Message-ID: <>
Date: Thu, 2 Apr 1998 17:29:37 GMT
Sender: Forum on Labor in the Global Economy <LABOR-L@YORKU.CA>
From: Chris Croome <labor-l@ATOMISM.DEMON.CO.UK>
Subject: Labour sells it's shares in Mersey Docks & Harbour Company

Labour sells its shares in Mersey Docks & Harbour Company

By Jack Hughes, Tribune, 2 April 1998

LABOUR this week sold its 14% shareholding in Mersey Docks & Harbour Company—scene of a recently ended bitter industrial dispute—in what amounted to the first privatisation of the Blair administration.

The little-publicised move was announced at 7.30 am on Monday morning and the auction was all over four hours later. MDHC shares jumped from 3p to 576.5p on the news.

Chairman Gordon Waddell has seen the value of his share options rise £184,324 since the close of the dispute, while fellow directors Peter Jones and Ken Wharton are better off by £65,576 and £68,911 respectively.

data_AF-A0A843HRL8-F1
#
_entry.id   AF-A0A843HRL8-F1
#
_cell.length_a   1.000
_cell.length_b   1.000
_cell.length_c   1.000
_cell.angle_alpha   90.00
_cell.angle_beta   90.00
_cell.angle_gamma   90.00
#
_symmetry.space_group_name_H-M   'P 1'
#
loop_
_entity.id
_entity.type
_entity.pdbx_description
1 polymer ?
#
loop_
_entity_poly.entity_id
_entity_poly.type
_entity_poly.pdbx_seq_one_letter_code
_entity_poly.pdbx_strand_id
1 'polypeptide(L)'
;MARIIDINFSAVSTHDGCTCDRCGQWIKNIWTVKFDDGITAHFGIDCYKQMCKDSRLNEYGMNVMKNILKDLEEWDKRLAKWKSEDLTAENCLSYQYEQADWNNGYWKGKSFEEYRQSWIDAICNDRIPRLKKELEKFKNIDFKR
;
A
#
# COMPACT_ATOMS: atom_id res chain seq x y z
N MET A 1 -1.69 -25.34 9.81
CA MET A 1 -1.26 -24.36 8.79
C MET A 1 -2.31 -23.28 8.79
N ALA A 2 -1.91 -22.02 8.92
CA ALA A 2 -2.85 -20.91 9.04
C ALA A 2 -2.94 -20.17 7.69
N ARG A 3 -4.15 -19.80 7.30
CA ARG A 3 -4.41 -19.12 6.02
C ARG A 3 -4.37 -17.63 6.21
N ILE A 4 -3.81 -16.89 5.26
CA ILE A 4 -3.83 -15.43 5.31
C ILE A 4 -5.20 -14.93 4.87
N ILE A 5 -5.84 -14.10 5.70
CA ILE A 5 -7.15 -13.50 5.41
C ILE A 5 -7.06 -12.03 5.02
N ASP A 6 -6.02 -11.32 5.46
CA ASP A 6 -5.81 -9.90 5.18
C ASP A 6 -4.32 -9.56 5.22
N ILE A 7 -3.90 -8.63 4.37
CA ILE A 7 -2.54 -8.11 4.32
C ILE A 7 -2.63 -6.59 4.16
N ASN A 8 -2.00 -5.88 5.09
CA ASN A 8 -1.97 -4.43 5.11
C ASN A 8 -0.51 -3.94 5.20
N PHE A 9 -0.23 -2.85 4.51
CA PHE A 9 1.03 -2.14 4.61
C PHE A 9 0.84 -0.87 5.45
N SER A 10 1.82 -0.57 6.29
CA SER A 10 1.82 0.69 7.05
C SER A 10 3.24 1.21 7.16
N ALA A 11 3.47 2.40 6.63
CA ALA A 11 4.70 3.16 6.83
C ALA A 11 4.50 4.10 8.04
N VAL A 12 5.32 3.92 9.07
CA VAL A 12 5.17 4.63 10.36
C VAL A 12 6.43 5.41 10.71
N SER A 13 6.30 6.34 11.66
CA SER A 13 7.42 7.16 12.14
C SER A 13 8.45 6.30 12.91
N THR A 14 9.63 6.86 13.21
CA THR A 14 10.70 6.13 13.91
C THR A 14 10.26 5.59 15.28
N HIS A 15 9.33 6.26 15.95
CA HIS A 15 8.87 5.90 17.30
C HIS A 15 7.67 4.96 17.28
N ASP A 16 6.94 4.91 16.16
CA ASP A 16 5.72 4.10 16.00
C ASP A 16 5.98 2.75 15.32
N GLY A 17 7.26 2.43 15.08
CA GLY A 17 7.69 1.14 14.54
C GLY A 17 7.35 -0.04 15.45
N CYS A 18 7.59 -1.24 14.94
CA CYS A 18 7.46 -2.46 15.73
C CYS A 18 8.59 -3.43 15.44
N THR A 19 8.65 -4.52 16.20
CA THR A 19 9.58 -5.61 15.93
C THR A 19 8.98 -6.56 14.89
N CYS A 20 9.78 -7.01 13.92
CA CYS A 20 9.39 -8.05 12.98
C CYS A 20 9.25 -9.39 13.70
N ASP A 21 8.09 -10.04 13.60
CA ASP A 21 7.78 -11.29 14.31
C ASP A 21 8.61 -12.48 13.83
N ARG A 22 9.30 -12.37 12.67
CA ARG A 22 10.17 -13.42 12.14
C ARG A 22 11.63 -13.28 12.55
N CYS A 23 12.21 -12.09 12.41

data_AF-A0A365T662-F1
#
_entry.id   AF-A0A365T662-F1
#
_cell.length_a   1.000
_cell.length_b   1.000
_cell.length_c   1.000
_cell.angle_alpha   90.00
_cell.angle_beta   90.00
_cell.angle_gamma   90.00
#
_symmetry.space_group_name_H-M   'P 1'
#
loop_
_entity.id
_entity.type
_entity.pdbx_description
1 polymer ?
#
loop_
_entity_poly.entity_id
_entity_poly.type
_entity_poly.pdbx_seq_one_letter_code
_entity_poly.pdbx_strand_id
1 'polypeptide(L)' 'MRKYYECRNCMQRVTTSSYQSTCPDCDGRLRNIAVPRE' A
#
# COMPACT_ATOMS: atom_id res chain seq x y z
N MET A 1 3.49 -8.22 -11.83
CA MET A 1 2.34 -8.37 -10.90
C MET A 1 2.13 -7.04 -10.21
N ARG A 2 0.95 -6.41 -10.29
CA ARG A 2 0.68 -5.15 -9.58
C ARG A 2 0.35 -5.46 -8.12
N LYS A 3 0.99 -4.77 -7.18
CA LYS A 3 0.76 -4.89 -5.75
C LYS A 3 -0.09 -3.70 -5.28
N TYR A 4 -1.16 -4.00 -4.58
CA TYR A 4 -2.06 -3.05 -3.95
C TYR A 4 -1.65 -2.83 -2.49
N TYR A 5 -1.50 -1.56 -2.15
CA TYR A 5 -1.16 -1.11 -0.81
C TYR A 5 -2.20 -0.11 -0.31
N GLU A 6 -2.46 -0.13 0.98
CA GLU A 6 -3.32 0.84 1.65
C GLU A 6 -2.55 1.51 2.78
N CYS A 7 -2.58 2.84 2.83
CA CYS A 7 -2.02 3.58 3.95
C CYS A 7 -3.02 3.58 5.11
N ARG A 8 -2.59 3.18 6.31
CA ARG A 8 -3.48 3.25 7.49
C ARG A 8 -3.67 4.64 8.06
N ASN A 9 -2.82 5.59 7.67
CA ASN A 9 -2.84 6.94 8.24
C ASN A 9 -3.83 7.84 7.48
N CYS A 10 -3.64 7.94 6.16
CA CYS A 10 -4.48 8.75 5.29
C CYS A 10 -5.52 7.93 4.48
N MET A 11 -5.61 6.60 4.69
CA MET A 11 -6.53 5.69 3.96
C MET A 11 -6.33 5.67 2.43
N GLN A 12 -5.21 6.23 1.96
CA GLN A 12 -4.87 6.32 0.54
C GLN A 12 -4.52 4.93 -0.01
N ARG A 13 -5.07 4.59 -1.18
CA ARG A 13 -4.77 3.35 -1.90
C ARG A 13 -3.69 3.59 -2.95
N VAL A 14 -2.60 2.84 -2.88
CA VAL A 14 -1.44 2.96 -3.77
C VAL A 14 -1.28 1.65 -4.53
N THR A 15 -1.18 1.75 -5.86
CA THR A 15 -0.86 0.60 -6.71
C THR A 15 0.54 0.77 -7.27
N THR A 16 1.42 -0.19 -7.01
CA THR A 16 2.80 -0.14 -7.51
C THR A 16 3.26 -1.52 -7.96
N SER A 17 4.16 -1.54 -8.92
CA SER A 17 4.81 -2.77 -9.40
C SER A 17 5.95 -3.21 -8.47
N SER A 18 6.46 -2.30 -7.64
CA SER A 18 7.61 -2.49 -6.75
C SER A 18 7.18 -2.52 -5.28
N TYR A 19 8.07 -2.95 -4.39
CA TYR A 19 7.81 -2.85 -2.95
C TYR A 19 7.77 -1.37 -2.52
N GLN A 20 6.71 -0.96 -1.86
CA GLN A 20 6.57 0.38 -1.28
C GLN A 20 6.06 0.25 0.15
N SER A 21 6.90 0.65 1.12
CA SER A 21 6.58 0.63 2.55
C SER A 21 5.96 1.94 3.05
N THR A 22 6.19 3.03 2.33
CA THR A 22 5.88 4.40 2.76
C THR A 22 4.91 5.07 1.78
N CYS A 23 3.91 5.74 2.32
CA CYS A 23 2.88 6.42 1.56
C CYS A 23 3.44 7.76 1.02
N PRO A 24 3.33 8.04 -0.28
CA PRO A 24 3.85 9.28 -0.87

ABN Amro Rothschild, the merchant bank whose directors include former Conservative cabinet ministers Lord Wakeham and Norman Lamont, acted as advisors and pocketed undisclosed fees.

Three other City firms—Charterhouse Tilney, Merrill Lynch and SBC Warburg Dillon Read—acted as joint lead managers for the sale, again on a paid basis. The government itself netted £70m.

The only losers from the deal appear to be the 500 dockers in September 1995 for refusing to cross a picket line. The men waged an international campaign against the company for over two years, only settling in January this year.

Shop stewards were hopeful last May that the incoming Labour government would use its stake in the company to push for their reinstatement. However, Labour remained neutral on the matter.

The dockers did not hear of the sell-off until contacted for comment by Tribune. There is a sense of absolute disbelief, said one shop steward. All the way through the dispute, we were asking the government to use the shareholding to intervene. Maybe this was one of the reasons they decided not to.